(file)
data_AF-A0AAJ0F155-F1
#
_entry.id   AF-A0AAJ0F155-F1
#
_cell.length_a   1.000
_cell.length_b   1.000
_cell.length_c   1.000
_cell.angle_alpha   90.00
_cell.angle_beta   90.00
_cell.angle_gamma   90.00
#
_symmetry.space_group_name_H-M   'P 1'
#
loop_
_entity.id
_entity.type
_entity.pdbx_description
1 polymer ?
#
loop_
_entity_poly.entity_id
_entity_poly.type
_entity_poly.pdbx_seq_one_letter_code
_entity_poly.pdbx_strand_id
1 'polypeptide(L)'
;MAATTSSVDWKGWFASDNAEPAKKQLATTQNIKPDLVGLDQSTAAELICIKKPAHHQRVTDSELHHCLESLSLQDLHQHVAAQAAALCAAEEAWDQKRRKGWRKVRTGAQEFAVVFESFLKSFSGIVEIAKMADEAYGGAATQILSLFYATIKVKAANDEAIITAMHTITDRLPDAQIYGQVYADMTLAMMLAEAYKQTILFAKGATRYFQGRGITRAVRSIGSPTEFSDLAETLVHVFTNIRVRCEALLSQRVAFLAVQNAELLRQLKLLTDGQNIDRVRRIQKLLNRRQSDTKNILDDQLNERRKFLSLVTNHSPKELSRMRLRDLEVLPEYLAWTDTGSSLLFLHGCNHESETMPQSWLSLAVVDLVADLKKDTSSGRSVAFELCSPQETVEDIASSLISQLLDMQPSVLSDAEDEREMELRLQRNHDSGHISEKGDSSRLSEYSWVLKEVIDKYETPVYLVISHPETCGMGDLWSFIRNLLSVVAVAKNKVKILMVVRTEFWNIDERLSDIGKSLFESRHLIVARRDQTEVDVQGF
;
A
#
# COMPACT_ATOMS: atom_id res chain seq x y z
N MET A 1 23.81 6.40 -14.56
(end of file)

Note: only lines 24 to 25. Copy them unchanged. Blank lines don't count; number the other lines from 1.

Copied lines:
_entity_poly.pdbx_strand_id
1 'polypeptide(L)'